a similar question has already been asked in the forum but unfortunately I cannot yet comment and still think that some things left unanswered. My question is in general concerning the tunnelling process of an NIS junction or SIS junction, respectively. A simple model used to explain the tunnelling is the semiconductor model. I've added a graphic of the tunnelling process in an NIS junction, in the presence of a magnetic field, which leads to the Zeeman splitting of the density of states. The two graphs on the left depict the density of states, the one on the right the conductance. The magnetic field isn't important in the context of my question.
I've read in a similar question that at zero temperature all electrons in the superconductor are in the ground state. Therefore there are no excited quasiparticle states. If one now takes an NIS junction and increases the voltage as shown in the picture a tunnelling current sets in as soon as the voltage reaches the gap energy. As there are no states occupied a current can flow.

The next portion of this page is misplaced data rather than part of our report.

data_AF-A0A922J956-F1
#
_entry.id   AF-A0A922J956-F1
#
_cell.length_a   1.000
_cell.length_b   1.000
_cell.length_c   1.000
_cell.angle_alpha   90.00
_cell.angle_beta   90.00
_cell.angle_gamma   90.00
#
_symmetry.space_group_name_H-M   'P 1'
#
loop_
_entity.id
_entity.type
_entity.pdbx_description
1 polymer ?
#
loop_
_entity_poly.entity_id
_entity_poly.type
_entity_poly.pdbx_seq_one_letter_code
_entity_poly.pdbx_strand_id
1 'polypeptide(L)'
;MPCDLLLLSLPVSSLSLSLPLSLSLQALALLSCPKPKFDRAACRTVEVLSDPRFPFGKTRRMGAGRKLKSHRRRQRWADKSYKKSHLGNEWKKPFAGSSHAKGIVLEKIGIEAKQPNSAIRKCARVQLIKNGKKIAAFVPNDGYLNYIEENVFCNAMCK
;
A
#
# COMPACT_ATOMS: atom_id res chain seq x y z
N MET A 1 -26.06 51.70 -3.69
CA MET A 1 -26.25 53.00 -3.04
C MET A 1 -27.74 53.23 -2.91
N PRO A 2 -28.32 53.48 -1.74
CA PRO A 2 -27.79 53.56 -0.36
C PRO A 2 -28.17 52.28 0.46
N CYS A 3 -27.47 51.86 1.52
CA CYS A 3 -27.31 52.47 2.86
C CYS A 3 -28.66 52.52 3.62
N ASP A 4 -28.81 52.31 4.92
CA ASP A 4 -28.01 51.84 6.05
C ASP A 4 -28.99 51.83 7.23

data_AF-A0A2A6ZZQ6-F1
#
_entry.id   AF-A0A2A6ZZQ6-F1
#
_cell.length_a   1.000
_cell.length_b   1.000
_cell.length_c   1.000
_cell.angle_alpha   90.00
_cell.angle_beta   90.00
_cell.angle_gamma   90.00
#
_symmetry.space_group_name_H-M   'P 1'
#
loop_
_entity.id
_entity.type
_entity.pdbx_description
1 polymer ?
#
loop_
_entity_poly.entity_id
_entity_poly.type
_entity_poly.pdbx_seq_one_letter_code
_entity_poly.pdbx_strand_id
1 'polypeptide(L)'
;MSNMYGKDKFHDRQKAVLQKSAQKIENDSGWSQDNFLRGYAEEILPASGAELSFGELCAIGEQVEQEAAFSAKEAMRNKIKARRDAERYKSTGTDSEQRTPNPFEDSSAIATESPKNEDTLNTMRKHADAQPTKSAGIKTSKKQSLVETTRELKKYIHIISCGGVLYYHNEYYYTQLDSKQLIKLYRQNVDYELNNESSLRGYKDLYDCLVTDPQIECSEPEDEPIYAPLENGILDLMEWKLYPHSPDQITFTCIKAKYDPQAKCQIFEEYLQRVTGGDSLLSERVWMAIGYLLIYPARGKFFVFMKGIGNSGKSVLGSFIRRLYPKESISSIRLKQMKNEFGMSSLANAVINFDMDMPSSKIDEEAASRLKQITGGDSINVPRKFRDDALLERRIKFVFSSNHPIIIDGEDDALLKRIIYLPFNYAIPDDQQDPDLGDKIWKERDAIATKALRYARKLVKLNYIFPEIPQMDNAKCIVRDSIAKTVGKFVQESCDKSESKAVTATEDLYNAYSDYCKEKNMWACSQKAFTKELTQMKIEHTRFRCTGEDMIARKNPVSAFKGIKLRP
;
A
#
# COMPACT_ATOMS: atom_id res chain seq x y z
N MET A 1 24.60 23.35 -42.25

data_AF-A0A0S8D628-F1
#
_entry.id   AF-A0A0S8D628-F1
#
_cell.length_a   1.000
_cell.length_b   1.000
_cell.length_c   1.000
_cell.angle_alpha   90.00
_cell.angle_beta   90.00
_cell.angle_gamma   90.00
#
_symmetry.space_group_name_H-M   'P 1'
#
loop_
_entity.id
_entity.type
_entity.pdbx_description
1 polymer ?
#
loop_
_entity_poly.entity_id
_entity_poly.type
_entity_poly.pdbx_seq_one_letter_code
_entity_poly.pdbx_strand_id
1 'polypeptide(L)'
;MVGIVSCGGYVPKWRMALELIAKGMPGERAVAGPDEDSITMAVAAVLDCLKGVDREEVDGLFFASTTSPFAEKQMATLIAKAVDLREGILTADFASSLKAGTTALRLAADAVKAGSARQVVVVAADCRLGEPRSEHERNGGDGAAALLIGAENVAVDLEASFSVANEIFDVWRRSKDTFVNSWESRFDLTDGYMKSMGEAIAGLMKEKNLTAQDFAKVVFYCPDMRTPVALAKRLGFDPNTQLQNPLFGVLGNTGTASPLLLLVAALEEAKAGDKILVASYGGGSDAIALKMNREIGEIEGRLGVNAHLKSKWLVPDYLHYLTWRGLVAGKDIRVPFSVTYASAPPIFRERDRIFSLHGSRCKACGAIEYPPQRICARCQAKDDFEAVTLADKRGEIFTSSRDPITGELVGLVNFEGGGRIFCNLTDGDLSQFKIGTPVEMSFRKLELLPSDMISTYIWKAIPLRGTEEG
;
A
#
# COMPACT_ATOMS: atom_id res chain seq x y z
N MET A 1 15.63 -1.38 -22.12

What I cant get my head around is if I inverse the sign of the voltage, which leads to a current flow from the superconductor towards the normal electrode. In the case of zero temperature, there should be no states occupied, therefore no current can flow.
In the answer I read the explanation was, that the bias voltage leads to an excitation of quasiparticles due to the breaking of cooper pairs, shouldnt the minimal voltage then be twice the gap energy? And if it's true that the states "below" the condensate aren't really occupied, why is there no current flow at zero bias voltage? The same question can be identically asked for SIS junctions.
Thank you very much for your answers!